Recently Reported Greenhouse Gas Emissions Level: 1587.02 Metric Tons in 2018, a Decrease of 26.65% from 1990 Levels (Source: IEA)
Statistics and emissions trends for Russian greenhouse gas (GHG) levels regularly get sent to the UNFCCC and are available for public viewing. With most recent data from 2018, research indicates that excluding LULUCF, Russia’s total GHG emissions for the year were at 2.2 billion tonnes of CO2 equivalent. The elemental breakdown of this figure and proportion of each greenhouse gas and pollutant are available on the UNFCCC website.
The official International Energy Association figures tell a different story though. The IEA states that in 2018, Russia emitted 1587.02 Megatons of CO2, a decrease of 26.65 % from 1990. On a global scale, Russia is solely responsible for 5.36% of global emissions. Even though this ranking is from 2018, Greenpeace Russia’s Vladimir Chuprov believes this proportion of GHG emissions has not changed much over the years.
As one of Russia’s leading climate policy experts, Chuprov announced a law from September 2020 will finally allow forests to grow on previously abandoned agricultural land. Legislative shortcomings in the past prohibited growing forests on lands which were officially registered as having agricultural purposes.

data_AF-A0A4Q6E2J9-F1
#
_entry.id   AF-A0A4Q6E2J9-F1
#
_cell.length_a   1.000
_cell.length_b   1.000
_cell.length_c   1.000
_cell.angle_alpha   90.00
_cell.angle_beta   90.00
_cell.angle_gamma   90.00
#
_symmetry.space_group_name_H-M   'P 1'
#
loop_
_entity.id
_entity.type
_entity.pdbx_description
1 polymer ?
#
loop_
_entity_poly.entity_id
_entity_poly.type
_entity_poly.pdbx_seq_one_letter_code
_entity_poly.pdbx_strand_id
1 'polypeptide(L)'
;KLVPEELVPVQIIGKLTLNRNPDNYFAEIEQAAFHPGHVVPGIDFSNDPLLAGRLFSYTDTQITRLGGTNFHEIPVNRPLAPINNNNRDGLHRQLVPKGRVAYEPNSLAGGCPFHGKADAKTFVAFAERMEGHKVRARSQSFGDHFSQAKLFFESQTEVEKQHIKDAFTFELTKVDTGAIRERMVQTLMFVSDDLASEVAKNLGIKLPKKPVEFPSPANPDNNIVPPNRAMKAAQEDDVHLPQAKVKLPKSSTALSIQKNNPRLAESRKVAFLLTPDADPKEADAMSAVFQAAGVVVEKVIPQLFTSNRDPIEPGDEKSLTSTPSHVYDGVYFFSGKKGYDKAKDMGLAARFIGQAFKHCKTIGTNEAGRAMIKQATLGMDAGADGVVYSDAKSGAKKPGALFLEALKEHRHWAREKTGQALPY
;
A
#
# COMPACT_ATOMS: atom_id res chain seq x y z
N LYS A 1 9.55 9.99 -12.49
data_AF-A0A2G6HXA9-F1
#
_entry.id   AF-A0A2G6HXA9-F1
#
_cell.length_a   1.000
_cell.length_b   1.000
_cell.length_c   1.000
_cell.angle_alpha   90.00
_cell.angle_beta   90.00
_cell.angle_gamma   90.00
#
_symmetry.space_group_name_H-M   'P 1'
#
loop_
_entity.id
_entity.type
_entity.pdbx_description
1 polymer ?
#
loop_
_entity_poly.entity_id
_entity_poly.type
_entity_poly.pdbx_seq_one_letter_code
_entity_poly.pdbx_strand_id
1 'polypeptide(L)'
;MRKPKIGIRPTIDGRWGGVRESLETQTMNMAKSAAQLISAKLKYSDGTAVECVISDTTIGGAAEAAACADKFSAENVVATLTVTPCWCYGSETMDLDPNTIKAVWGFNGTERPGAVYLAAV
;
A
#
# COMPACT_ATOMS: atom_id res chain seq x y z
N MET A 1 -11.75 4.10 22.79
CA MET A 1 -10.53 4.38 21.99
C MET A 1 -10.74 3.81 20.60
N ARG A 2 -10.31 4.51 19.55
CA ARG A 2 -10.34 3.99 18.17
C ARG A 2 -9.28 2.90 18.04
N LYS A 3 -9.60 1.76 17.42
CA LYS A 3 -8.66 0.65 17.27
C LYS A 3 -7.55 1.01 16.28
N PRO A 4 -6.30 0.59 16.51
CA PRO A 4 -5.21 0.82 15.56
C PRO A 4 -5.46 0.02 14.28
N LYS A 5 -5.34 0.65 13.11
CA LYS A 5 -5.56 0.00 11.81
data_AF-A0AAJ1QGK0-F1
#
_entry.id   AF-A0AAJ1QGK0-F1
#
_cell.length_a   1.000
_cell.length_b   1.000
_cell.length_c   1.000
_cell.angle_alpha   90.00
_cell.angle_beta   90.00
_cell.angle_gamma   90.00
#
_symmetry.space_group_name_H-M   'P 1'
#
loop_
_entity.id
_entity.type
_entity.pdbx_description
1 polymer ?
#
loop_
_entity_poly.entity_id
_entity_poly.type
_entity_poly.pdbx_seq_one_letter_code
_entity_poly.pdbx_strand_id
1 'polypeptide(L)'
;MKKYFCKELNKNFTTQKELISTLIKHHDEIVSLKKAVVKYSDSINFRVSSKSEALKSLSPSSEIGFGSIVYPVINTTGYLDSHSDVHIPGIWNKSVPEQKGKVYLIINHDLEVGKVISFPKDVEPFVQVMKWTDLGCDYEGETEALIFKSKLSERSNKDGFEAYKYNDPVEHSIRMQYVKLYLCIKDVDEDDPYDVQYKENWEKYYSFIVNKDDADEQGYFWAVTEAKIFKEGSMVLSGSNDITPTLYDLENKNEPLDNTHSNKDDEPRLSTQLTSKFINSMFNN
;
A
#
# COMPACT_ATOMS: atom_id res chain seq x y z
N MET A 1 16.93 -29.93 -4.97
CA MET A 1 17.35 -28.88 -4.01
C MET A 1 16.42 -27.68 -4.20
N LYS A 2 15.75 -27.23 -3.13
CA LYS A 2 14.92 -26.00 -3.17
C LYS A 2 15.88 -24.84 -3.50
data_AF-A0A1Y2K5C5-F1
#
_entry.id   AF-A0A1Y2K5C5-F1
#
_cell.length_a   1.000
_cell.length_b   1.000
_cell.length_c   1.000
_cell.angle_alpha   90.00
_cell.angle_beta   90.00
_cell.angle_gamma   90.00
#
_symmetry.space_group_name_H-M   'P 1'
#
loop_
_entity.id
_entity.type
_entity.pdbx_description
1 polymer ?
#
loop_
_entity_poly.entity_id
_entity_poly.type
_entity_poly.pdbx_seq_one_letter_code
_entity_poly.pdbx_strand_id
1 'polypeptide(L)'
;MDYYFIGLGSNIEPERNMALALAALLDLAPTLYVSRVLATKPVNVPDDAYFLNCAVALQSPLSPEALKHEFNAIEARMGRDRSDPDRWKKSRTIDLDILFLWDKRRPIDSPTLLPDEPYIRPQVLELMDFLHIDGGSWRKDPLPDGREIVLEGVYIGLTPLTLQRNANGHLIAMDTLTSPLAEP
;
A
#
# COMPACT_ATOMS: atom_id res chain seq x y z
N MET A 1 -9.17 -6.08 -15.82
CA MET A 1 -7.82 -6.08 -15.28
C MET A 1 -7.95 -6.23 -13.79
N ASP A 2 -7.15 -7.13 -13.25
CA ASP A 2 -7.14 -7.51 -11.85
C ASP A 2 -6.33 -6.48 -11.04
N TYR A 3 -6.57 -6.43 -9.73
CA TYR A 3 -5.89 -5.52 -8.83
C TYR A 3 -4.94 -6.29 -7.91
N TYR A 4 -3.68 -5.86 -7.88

Speaking to this new development, Chuprov explained: “[This was] pure legislative stupidity, of course, which was corrected by campaign of NGOs and active people in Russia. New rules mean that 300 million tonnes of CO₂ eq. could be absorbed annually by new forests in the coming decades.” Additionally, the program of tenders to support green energy in Russia (ДПМ ВИЭ) will result in 11.3 billion kWh energy production coming from renewable sources by 2025. Chuprov noted that around 3.3 million tonnes of CO₂ eq. will be avoided in the year 2025 as a result.
The Russian draft of low-carbon strategy for 2050 proposes two weak indicators that ought to be identified. Firstly, in an “intensive green scenario” Russia will see an increase of emissions by 2030 amounting to 64% of 1990 levels. Secondly, in a “basic scenario”, Russia is projected to produce emissions at 64% of 1990 levels; in an “intensive scenario” that figure drops to 52% of 1990 levels. Chuprov concludes that for now, there is no sign that Russia will be achieve carbon neutrality.
Emissions Level: * / 4 stars
Existing Policies: ** / 4 stars
Combined Activity Rating: *** / 8 stars
Alexander Novak, Minister of Energy of the Russian Federation
Address: 42 Schepkina st, 107996, Moscow, Russia
Telephone: +7 495 631 8746, +7 495 631 8747
This post was submitted by Russia Country Manager Maria Stambler.
Image Source: NATALIA KOLESNIKOVA/ Staff/Getty Images